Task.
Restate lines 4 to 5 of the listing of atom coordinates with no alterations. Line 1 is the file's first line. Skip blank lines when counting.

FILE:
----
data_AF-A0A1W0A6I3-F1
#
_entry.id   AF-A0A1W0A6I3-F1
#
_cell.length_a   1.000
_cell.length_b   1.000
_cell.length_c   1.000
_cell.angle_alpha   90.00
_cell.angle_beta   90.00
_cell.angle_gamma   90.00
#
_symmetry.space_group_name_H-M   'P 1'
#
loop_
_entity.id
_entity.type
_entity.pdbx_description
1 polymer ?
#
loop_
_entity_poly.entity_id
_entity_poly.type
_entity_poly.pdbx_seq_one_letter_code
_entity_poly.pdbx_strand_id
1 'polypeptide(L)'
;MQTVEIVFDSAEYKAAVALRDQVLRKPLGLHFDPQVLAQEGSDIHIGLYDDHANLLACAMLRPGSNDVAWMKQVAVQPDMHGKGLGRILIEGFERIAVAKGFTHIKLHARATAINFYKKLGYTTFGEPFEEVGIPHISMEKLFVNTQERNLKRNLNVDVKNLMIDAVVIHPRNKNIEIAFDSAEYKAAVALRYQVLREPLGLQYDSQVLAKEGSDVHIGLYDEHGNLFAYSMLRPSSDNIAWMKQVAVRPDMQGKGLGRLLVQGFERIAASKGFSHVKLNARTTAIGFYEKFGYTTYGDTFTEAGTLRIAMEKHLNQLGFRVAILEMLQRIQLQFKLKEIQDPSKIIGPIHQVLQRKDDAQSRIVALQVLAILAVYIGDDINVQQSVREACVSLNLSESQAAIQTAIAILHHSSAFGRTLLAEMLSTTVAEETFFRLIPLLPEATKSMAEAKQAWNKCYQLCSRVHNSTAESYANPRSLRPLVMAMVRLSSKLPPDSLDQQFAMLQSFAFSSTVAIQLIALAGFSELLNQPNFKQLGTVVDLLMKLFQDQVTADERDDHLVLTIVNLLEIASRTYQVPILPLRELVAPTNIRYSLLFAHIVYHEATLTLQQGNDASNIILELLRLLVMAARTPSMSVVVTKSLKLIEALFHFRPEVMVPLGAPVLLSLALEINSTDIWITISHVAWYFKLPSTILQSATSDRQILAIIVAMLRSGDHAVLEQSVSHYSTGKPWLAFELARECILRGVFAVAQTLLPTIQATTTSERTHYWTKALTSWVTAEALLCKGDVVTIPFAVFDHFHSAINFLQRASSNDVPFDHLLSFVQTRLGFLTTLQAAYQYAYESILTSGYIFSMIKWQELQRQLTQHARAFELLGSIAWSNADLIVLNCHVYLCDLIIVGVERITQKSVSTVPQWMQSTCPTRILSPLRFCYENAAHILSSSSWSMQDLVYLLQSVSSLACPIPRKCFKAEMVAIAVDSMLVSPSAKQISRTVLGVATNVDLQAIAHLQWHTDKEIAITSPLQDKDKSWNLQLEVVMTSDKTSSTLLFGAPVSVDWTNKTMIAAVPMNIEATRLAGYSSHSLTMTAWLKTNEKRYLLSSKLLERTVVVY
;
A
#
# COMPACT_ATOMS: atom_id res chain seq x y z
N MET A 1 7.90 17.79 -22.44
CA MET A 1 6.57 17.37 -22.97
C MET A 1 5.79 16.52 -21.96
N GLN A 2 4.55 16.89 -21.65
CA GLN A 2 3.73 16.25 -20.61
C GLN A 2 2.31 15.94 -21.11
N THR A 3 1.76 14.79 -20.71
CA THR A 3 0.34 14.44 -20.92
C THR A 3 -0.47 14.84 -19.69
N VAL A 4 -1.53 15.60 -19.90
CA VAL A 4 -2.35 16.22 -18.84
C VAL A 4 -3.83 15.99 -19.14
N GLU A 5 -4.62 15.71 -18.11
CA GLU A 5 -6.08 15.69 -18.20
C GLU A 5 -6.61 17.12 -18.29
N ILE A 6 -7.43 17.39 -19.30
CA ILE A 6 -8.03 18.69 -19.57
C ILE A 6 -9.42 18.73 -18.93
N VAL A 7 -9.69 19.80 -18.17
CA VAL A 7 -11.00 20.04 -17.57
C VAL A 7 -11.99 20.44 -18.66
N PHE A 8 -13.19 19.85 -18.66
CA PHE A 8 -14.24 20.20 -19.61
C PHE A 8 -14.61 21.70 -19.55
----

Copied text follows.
#
_cell.length_a   1.000